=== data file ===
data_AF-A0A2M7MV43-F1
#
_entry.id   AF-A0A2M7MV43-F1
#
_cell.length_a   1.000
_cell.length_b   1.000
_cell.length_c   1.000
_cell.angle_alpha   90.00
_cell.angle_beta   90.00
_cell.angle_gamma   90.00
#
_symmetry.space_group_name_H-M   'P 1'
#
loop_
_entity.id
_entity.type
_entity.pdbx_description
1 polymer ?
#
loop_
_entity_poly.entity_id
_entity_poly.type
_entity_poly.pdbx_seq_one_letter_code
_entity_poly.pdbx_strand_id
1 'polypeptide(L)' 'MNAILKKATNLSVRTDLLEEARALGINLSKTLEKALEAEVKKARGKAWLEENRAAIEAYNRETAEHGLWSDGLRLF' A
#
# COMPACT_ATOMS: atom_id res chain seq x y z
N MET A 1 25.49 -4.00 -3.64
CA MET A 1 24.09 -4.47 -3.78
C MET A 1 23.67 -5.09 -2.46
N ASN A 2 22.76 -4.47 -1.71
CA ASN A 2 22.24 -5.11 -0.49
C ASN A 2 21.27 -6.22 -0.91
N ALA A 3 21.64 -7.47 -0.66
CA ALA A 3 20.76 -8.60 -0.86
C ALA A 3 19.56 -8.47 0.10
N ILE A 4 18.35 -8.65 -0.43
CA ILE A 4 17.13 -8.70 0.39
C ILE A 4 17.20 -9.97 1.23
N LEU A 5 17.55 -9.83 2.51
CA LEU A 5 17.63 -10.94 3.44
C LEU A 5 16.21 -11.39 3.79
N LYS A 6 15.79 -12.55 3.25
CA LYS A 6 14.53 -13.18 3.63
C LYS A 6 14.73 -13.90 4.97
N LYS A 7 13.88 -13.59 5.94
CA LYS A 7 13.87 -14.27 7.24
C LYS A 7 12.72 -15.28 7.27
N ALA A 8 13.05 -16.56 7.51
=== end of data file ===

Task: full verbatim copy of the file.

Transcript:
data_AF-A0A2M7MV43-F1
#
_entry.id   AF-A0A2M7MV43-F1
#
_cell.length_a   1.000
_cell.length_b   1.000
_cell.length_c   1.000
_cell.angle_alpha   90.00
_cell.angle_beta   90.00
_cell.angle_gamma   90.00
#
_symmetry.space_group_name_H-M   'P 1'
#
loop_
_entity.id
_entity.type
_entity.pdbx_description
1 polymer ?
#
loop_
_entity_poly.entity_id
_entity_poly.type
_entity_poly.pdbx_seq_one_letter_code
_entity_poly.pdbx_strand_id
1 'polypeptide(L)' 'MNAILKKATNLSVRTDLLEEARALGINLSKTLEKALEAEVKKARGKAWLEENRAAIEAYNRETAEHGLWSDGLRLF' A
#
# COMPACT_ATOMS: atom_id res chain seq x y z
N MET A 1 25.49 -4.00 -3.64
CA MET A 1 24.09 -4.47 -3.78
C MET A 1 23.67 -5.09 -2.46
N ASN A 2 22.76 -4.47 -1.71
CA ASN A 2 22.24 -5.11 -0.49
C ASN A 2 21.27 -6.22 -0.91
N ALA A 3 21.64 -7.47 -0.66
CA ALA A 3 20.76 -8.60 -0.86
C ALA A 3 19.56 -8.47 0.10
N ILE A 4 18.35 -8.65 -0.43
CA ILE A 4 17.13 -8.70 0.39
C ILE A 4 17.20 -9.97 1.23
N LEU A 5 17.55 -9.83 2.51
CA LEU A 5 17.63 -10.94 3.44
C LEU A 5 16.21 -11.39 3.79
N LYS A 6 15.79 -12.55 3.25
CA LYS A 6 14.53 -13.18 3.63
C LYS A 6 14.73 -13.90 4.97
N LYS A 7 13.88 -13.59 5.94
CA LYS A 7 13.87 -14.27 7.24
C LYS A 7 12.72 -15.28 7.27
N ALA A 8 13.05 -16.56 7.51